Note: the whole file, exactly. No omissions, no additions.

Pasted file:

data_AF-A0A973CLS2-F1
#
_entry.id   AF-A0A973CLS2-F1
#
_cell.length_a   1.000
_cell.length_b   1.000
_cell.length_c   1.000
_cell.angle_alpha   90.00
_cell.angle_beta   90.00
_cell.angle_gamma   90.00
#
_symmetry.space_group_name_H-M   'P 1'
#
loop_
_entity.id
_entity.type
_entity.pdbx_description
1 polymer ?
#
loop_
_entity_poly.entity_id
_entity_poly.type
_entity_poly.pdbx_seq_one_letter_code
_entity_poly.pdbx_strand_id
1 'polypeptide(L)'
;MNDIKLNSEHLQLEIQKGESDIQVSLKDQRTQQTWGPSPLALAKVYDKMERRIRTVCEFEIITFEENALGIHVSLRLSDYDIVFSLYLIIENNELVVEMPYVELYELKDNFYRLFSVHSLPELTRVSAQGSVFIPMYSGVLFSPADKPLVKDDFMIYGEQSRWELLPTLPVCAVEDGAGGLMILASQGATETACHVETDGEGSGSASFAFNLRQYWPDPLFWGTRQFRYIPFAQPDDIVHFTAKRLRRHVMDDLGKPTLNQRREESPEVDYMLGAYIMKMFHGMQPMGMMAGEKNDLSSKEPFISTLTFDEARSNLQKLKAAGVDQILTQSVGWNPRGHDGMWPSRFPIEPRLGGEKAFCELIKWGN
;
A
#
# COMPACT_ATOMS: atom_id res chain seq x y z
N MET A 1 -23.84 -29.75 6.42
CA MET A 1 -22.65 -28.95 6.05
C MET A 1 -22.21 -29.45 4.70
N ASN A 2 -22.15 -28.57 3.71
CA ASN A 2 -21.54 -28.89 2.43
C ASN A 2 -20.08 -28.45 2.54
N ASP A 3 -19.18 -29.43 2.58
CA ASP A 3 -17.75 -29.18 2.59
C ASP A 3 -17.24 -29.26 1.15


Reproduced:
data_AF-A0A973CLS2-F1
#
_entry.id   AF-A0A973CLS2-F1
#
_cell.length_a   1.000
_cell.length_b   1.000
_cell.length_c   1.000
_cell.angle_alpha   90.00
_cell.angle_beta   90.00
_cell.angle_gamma   90.00
#
_symmetry.space_group_name_H-M   'P 1'
#
loop_
_entity.id
_entity.type
_entity.pdbx_description
1 polymer ?
#
loop_
_entity_poly.entity_id
_entity_poly.type
_entity_poly.pdbx_seq_one_letter_code
_entity_poly.pdbx_strand_id
1 'polypeptide(L)'
;MNDIKLNSEHLQLEIQKGESDIQVSLKDQRTQQTWGPSPLALAKVYDKMERRIRTVCEFEIITFEENALGIHVSLRLSDYDIVFSLYLIIENNELVVEMPYVELYELKDNFYRLFSVHSLPELTRVSAQGSVFIPMYSGVLFSPADKPLVKDDFMIYGEQSRWELLPTLPVCAVEDGAGGLMILASQGATETACHVETDGEGSGSASFAFNLRQYWPDPLFWGTRQFRYIPFAQPDDIVHFTAKRLRRHVMDDLGKPTLNQRREESPEVDYMLGAYIMKMFHGMQPMGMMAGEKNDLSSKEPFISTLTFDEARSNLQKLKAAGVDQILTQSVGWNPRGHDGMWPSRFPIEPRLGGEKAFCELIKWGN
;
A
#
# COMPACT_ATOMS: atom_id res chain seq x y z
N MET A 1 -23.84 -29.75 6.42
CA MET A 1 -22.65 -28.95 6.05
C MET A 1 -22.21 -29.45 4.70
N ASN A 2 -22.15 -28.57 3.71
CA ASN A 2 -21.54 -28.89 2.43
C ASN A 2 -20.08 -28.45 2.54
N ASP A 3 -19.18 -29.43 2.58
CA ASP A 3 -17.75 -29.18 2.59
C ASP A 3 -17.24 -29.26 1.15